Stocks struggled for direction on Tuesday as investors sifted through a batch of quarterly earnings reports.
Among the most notable reports released this morning were those from insurance giant Travelers (TRV (opens in new tab)) and Post-It note maker 3M (MMM (opens in new tab)), though the two Dow Jones stocks went in decidedly different directions after their results.
Travelers stock jumped 3.7% after the insurance company said earlier that fourth-quarter revenue rose 6.9% year-over-year to $9.6 billion, beating the consensus estimate. Earnings per share fell 39% year-over-year to $3.44, in line with expectations.
3M, meanwhile, fell 6.2% after the industrial conglomerate reported Q4 earnings of $2.28 per share on $8.1 billion in revenue – down 6.9% and 6.0% year-over-year, respectively. The company also said it expects adjusted sales growth to decline between 2% and 6% this year and that it will lay off 2,500 manufacturing workers amid weakening demand.
MMM is “facing rapid declines in consumer facing markets and that is a big red flag for a lot of investors,” says Edward Moya, senior market strategist at currency data provider OANDA (opens in new tab).
On the economic front, the S&P Global flash composite purchasing managers index (opens in new tab) rose to 46.6 in January from December’s 45.0. “Services and manufacturing both contributed to the higher headline although it’s important to note that both categories are still contracting, a recessionary characteristic,” says José Torres, senior economist at Interactive Brokers. “Corporations reported weak demand as fragile consumer sentiment, higher interest rates and high prices weighed on purses and money-clips alike.”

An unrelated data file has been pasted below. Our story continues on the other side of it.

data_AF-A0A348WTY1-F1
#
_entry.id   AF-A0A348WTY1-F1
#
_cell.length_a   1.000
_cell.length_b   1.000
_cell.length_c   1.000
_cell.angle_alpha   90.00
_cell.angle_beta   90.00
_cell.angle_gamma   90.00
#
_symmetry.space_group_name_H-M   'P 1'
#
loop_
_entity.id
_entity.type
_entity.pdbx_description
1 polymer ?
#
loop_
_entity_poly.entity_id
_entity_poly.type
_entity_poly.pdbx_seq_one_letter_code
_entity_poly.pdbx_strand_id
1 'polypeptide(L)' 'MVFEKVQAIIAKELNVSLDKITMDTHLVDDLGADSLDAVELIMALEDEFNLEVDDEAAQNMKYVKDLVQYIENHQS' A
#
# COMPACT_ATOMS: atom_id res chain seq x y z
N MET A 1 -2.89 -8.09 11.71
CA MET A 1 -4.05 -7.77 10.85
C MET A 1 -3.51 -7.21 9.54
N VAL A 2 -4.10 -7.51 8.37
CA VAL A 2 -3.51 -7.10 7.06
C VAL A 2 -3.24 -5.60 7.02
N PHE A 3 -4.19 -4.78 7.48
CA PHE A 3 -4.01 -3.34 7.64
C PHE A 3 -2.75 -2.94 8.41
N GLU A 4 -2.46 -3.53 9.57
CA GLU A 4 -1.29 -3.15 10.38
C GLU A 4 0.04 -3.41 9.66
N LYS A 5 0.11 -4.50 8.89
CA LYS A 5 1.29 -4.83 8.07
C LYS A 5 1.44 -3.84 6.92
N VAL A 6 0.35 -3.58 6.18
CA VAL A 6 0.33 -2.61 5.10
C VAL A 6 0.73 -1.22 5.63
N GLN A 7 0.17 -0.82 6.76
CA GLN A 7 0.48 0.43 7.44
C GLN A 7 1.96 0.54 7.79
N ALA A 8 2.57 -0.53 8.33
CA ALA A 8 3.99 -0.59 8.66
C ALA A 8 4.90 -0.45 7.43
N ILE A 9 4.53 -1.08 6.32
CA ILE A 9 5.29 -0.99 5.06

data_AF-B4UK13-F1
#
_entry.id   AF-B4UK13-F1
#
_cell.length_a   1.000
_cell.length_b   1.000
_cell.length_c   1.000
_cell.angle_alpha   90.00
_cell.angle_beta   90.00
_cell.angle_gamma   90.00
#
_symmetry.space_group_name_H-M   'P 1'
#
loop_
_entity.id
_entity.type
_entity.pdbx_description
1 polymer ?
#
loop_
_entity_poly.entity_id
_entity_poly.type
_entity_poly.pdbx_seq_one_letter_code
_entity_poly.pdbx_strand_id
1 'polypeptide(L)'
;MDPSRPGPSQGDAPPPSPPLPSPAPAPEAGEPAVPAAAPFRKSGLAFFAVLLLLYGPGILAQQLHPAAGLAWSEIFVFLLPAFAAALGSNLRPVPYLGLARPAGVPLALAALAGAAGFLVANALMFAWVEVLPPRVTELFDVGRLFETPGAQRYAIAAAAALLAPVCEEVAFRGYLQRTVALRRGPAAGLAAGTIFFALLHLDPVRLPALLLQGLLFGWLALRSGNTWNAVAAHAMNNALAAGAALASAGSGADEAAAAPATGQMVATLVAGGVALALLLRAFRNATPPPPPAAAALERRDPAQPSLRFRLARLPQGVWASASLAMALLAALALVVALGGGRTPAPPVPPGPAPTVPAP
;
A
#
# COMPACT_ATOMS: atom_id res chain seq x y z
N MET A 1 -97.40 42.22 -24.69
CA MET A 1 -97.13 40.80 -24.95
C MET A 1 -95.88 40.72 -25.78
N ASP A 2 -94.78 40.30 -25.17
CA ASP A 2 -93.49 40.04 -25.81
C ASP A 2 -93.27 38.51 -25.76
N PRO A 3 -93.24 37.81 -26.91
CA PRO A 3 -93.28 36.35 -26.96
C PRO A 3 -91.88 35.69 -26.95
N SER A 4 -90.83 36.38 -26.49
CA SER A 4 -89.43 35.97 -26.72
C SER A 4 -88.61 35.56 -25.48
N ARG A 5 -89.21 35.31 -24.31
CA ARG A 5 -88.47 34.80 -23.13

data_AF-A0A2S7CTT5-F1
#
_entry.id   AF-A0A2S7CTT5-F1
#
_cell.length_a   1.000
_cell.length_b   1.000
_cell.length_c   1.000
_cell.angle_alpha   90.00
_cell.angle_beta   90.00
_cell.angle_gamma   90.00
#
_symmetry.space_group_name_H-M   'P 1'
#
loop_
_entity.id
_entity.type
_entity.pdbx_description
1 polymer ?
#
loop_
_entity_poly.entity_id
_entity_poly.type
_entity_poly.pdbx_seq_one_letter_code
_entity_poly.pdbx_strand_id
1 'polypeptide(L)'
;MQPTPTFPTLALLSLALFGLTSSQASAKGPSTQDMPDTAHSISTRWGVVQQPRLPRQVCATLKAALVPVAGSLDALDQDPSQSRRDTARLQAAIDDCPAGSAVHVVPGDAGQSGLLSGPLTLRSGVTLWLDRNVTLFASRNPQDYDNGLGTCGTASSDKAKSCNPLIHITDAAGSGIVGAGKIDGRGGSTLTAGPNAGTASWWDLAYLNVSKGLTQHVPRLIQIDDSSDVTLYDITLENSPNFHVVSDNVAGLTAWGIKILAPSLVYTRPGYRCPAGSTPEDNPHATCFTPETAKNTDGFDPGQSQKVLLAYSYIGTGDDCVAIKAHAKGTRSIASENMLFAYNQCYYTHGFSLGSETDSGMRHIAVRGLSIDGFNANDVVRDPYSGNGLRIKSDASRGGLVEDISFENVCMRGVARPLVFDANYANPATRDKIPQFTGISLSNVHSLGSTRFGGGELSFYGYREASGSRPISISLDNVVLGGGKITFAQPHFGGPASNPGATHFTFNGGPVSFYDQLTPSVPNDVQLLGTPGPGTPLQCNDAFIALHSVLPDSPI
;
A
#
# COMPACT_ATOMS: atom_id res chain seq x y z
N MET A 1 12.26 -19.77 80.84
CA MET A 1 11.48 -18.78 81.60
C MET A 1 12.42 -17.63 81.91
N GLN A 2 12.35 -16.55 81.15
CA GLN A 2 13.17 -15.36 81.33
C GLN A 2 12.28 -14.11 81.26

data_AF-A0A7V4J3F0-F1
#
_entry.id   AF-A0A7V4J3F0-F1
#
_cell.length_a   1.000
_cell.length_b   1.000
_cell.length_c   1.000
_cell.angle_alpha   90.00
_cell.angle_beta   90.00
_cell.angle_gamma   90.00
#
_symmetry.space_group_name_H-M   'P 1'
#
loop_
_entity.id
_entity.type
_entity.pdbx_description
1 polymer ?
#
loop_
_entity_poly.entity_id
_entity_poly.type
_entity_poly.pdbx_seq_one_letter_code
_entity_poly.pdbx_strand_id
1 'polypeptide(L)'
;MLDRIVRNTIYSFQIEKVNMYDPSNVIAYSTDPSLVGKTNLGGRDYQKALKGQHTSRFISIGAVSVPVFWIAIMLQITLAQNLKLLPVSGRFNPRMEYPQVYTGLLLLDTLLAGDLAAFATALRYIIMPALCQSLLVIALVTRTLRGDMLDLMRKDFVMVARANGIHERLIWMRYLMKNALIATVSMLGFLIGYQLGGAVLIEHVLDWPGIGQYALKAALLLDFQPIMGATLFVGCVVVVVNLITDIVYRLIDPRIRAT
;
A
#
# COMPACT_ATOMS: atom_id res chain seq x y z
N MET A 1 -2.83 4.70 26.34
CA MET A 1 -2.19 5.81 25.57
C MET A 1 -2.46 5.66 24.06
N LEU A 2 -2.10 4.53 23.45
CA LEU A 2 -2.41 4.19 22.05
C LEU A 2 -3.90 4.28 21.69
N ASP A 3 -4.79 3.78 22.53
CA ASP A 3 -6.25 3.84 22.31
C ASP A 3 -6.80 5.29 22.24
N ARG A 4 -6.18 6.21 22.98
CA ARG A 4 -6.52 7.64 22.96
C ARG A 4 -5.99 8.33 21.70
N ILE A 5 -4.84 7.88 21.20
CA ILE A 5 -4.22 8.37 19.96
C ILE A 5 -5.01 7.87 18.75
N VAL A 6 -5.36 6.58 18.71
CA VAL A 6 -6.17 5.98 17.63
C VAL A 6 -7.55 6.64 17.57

At the close, the Dow Jones Industrial Average was up 0.3% at 33,733, while the S&P 500 (-0.1% at 4,016) and the Nasdaq Composite (-0.3% at 11,334) ended with modest losses.
The Best Stocks for Rising Interest Rates
Chatter will likely keep building over the next several sessions about what the Federal Reserve may or may not do at next week’s policy meeting. The central bank has issued seven straight rate hikes, and expectations are for even more to come down the pike.
The market is currently pricing in a 25 basis point rate hike (or, 0.25%) for the Fed’s upcoming meeting, according to CME Group (opens in new tab), which would mark the smallest increase since March 2022. Gargi Chaudhuri, head of BlackRock’s iShares Investment Strategy, Americas, expects the Fed to eventually raise rates to between 5.0% and 5.25% – well above the current rate of 4.5% and 4.75%. “We do not expect the Fed to ease this year, even as growth slows, making it likely that we will see a recession in the U.S. in the second half of 2023,” Chaudhuri says.
There are plenty of options for investors to position their portfolios for high interest rates, including with financials and value stocks. There’s also this list of the best stocks for rising interest rates that could help mitigate the impact of additional rate hikes.